It seems none of us can get enough news lately—Axios calls the news “America’s biggest pastime” at the moment, but we think it might be more of a crippling addiction. And supply could soon be strained if news sites don’t get more money coming in.
Axios notes that traffic to news sites is way up; however, data from Yieldbird notes that while ad requests for news sites in its programmatic network are up 78%, ECPMs are down 10%. Overall, Yieldbird found that ad requests across its network were up 28%, but ECPMs were down 20%.
With most sports leagues currently suspended, it’s not surprising to see ad requests related to sports on the downswing (14%, but… the 14% rise in ECPMs certainly lifts eyebrows. It seems in some situations, advertisers are willing to dole out cash to market away from the pandemic—though definitely not in dining and nightlife (according to Yieldbird, revenue down 70% and impressions sinking 63%) and travel (revenue down 40%, impressions 46%).
If you’re grumbling to yourself that social media companies will probably be just fine throughout this crisis… think again. People may be more engaged on Twitter than ever, but Twitter’s CFO just warned investors of slumping ad revenue, particularly in the last few weeks. Social media marketing platform SocialBakers reports that ad spend on Facebook has nearly fallen off a cliff since the beginning of March. Overall ad spend on the platform has declined by nearly 50% since December 2019.
Goin’ Down to the Crossroads
We’ve noted for a while that guaranteed ad sales were going to take a hit during this pandemic, but were cautiously optimistic that programmatic revenue might pick up the slack. So far, no dice, but we are in early innings. (Are those enough mixed gaming metaphors for you? Man, we must really need some sports—watching the toddler slam dunk on her kiddie basketball hoop is not cutting it.)
However, it does feel like we’re fast approaching a distressing crossroads. Even though people are more active online than probably ever before, many publishers can’t monetize the traffic because they can’t draw advertiser spend. This is most evident on the local level, where regional news outlets are breaking traffic records left and right, but can’t squeeze any spend out of their regular local advertisers (many of which are businesses currently lying dormant).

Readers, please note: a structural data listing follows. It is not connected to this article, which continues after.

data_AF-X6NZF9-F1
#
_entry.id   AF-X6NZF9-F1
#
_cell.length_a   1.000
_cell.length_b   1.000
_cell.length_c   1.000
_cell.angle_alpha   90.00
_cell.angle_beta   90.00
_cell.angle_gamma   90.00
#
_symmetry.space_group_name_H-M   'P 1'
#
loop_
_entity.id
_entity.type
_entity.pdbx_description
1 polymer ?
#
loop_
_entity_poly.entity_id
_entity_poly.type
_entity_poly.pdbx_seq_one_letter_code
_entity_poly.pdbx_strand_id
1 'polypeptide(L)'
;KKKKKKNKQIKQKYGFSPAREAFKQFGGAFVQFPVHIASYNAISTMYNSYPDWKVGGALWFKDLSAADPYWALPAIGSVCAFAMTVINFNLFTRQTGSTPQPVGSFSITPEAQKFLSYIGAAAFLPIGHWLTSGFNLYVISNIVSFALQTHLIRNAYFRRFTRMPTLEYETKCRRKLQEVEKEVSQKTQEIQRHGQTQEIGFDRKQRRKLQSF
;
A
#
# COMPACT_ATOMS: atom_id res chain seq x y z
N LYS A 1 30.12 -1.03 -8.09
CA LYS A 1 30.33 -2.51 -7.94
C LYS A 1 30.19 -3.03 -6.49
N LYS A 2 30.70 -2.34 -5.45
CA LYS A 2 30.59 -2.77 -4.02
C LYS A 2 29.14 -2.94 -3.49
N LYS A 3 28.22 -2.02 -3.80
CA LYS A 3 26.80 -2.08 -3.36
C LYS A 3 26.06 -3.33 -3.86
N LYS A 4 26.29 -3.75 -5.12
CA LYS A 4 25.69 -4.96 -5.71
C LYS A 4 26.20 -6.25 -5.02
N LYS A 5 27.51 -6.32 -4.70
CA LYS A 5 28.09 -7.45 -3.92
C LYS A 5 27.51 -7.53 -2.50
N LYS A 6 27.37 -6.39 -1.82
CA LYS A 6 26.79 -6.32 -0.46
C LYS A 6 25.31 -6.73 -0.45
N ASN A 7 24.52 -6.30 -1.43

Buzzfeed is warning of a “Media Extinction Event,” with massive industry layoffs and local news outlets collapsing in droves. Don’t think local publishers banding together will stop the bleeding—publicly traded networks of publishers like Gannett have been tanking in the market (though some investors see an opportunity…)
Oh, to get inside a brand marketer’s head in this trying moment… Wait, why not conduct a survey? That was a wise move by Wyzowl, a company that focuses on video explainer content. In polling 160 marketers mainly from the US, Wyzowl found 71% were reducing spend in physical events and 45% in print, while 31% were pushing more spend toward video, 31% toward paid ads, and 28% on broadcast. (I bet many a digital publisher feels they are yet to see these increases.)
But most interesting: 46% expect no reduction in marketing spend due to coronavirus, while 48% are already resigned to a decrease. Publishers are going to have a hard time waiting this out till the advertising faucets turn back on.
Subscribe to the Solution
So consumers are demanding more and more content (particularly news), but digital media companies can’t pay the bills… At least not with advertising. Let’s think about this—advertising subsidizes the cost of content for consumers, so the next logical option would seem to be… subscriptions.
It was arguable that the industry was hitting subscription fatigue before coronavirus made it to these shores. Certainly with a major economic downturn cresting, consumers will probably be less likely to crack open their piggybanks for subscriptions. On top of that, Washington Post and New York Times have put coronavirus coverage outside of their paywalls, setting an admirable but potentially costly precedent.
Publishers might want to follow the model of companies like The Guardian, which basically solicits donations from highly engaged readers while leaving content open to all. In addition, consumer relationship management companies enable publishers to offer customized subscription products, such as sliding scales or pay-what-you-can.
Long story short—if you’ve been pondering some kind of subscription or consumer payment service, now’s the time to follow it to fruition. Also, chase down all of those alternative revenue schemes you’ve put on the backburner.
This story has been modified from a post in AdMonsters’ industry newsletter, The Wrapper. Perhaps you’ll subscribe to get even more sizzling analysis of the latest ad tech news?